Monday, May 22, 2006

Bad Research

I've come to realize that I'm not one of the best researchers in the world. I don't think quickly on my feet; I don't make clever connections; I am not "instinctually" critical of material placed in front of me.
It's funny, possibly even ironic, that I use "instinctual" to describe a process that isn't in this particular entry. For I know that researchers learn how to be critical of studies, media presentations, texts, etc. In other words, the habitual critical faculty of academics and intellectuals is not an instinct; to take it into a common division, it's "nurture," not "nature."
So what does that have to do with this entry? Well, since I'm not a very good researcher, since I'm not very critical, it makes me extremely angry to read research that even I can find fault with.
I think I've mentioned my guilty annoyance, namely women's magazines. I was reading yet another one the other day, R3@l S!mple. In it, there was an article discussing the medical differences between men and women.
Before I go on, I need to make clear that there are medical differences. My favorite story (possibly myth) about this difference is that breast cancer was not considered a major medical problem for decades because men didn't get it very often. But I also think it's important to realize that it's very -- extremely -- difficult to tease out whether something is due to nature -- genetic differences between men and women -- and nurture -- differences due to society influences, which start at birth. Don't get me started on Lawrence Summers' example about his daughter/granddaughter and the trucks.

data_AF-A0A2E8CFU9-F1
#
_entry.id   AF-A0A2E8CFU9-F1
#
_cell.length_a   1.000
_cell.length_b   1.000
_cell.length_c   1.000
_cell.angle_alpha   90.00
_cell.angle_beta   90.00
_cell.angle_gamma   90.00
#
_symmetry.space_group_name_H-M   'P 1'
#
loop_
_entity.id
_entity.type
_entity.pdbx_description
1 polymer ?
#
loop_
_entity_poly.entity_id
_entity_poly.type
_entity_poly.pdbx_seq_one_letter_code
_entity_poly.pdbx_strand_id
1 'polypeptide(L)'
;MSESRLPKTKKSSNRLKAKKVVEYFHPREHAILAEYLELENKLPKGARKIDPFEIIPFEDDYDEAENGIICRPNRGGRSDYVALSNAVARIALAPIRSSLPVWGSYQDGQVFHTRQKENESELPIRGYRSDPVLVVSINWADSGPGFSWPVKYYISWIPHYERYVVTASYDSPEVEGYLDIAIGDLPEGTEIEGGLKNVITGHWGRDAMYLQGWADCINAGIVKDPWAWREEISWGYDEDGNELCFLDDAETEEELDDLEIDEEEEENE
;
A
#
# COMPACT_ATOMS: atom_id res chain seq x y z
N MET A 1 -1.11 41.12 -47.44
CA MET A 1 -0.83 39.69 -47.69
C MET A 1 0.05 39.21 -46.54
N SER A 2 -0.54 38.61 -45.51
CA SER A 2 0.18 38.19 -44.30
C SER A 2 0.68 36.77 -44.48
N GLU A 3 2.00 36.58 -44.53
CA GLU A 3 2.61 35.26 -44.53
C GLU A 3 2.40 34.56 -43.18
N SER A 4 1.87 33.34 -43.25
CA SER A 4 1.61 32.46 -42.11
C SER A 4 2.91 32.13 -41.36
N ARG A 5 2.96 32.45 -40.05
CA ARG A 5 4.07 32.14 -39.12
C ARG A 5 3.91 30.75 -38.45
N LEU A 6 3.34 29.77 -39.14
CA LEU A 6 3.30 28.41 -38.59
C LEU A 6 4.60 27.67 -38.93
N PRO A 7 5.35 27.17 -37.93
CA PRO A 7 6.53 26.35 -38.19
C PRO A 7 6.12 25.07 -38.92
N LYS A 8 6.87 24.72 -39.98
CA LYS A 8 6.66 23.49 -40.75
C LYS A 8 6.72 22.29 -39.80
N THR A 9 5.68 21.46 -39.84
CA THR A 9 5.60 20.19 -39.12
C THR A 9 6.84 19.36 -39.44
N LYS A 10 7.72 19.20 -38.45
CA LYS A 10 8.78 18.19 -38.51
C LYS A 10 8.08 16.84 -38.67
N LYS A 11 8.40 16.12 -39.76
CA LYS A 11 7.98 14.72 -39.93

So the fact that there are medical differences between men and women is important.
The first difference this article listed was that women react to emotions differently than men. Women are more sensitive; in an experimental setting, women react more (whatever the dependent variable was) than men to emotional faces, that women react to more subtle emotional cues than men do. I don't remember most of the details, but I do remember the closing tidbit. That tidbit was a quote from the lead researcher, where she said that women are evolutionarily programmed to cry because that's the only way they can get men to notice they're upset.
Does anyone else see the problem with this statement? the major hole in the argument? the immediate and obvious possible counterargument that hasn't been ruled out yet?
So maybe -- maybe -- the researcher did actually do some sort of experiment wherein she showed that even newborns react differently to emotional images depending on gender. But do you think so?
I don't.


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